W3C home > Mailing lists > Public > ietf-http-wg-old@w3.org > January to April 1996

Re: (DNS) consensus wording

From: Koen Holtman <koen@win.tue.nl>
Date: Mon, 1 Apr 1996 10:25:49 +0200 (MET DST)
Message-Id: <199604010825.IAA04820@wsooti25.win.tue.nl>
To: "David W. Morris" <dwm@shell.portal.com>
Cc: koen@win.tue.nl, jg@w3.org, http-wg%cuckoo.hpl.hp.com@hplb.hpl.hp.com
X-Mailing-List: <http-wg@cuckoo.hpl.hp.com> archive/latest/131
David W. Morris:
>It is my understanding that MUST and SHOULD are defined terms and
>strongly encouraged is not as far as RFCs are concerned.

Yes.  `strongly encouraged' seems to be a HTTP invention.  I don't see
this as a real problem, but it you would rather see SHOULD, that is
fine with me.

> Thus, I
>offer the following editorial alternative to Koen's suggestion (which
>I endorse):
>  If a client caches the result of a DNS lookups, it should observe the
>  TTL (Time To Live) reported by the DNS server. If the TTL value is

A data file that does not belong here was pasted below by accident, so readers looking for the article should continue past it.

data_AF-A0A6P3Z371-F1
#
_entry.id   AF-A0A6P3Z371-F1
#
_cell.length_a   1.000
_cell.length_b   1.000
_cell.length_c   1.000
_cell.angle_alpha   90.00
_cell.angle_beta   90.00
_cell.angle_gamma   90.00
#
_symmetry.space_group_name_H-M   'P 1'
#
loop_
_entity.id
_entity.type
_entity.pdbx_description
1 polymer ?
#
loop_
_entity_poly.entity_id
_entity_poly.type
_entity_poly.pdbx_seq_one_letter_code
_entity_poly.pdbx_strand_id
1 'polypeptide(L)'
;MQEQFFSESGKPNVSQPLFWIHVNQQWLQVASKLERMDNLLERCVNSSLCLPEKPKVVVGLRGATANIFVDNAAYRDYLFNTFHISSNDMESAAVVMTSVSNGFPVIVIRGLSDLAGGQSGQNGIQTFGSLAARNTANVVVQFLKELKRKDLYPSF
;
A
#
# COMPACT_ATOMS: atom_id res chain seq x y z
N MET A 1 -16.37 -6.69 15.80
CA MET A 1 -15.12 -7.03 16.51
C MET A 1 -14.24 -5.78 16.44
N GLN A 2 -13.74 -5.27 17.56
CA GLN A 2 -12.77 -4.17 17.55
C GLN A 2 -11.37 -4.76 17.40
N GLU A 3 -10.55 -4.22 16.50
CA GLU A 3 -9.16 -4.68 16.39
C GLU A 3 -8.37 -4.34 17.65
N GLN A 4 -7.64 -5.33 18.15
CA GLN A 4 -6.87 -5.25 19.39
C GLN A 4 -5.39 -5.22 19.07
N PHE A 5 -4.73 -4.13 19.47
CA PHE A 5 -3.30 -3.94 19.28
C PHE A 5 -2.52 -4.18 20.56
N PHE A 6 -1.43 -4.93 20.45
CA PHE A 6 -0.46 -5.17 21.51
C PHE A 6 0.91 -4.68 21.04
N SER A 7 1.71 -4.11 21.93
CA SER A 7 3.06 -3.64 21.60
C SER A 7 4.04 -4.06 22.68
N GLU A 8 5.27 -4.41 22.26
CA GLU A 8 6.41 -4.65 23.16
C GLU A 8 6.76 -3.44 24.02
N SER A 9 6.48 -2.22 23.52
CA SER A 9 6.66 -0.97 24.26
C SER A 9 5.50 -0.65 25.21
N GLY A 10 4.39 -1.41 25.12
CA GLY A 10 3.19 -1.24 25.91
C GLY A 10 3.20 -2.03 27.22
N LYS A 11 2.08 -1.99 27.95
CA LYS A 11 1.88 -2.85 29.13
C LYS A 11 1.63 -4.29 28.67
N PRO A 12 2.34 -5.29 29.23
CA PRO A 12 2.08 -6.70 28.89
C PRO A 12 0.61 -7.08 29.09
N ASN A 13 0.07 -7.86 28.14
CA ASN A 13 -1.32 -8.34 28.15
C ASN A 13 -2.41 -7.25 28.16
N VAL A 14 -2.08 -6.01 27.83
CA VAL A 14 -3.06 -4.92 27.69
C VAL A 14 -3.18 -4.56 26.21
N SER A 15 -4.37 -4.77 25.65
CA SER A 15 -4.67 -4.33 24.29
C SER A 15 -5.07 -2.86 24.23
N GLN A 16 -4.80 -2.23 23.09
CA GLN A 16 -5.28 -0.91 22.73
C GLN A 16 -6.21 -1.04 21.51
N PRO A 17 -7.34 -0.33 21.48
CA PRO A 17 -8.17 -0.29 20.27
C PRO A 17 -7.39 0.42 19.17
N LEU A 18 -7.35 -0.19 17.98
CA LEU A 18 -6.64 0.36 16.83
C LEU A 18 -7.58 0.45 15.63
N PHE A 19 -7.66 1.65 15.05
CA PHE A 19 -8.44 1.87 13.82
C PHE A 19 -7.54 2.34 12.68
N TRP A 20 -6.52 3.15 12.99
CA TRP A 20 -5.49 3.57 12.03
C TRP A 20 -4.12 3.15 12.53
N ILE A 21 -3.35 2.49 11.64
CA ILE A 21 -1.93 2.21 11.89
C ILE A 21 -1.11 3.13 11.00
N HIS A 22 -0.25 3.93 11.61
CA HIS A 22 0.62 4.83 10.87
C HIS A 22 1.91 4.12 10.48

>  not available, the client must not cache the result of a DNS lookup
>  for longer than XX minutes. In either case, the client must immediately 
>  discard a name lookup result if a network error occurs when using the 
>  result to initiate a connection.

Your version looks OK to me.  

I have no real rationale for my XX=10 minutes, other than that it
seemed like a good enough XX to allow load balancing between mirrors
through dynamic DNS remapping.  Too high a value for XX (like the DNS
worst case default, if such a thing exists) would not sufficiently
encourage client authors in making code to get the real TTL.

>Dave Morris

Received on Monday, 1 April 1996 09:26:37 UTC

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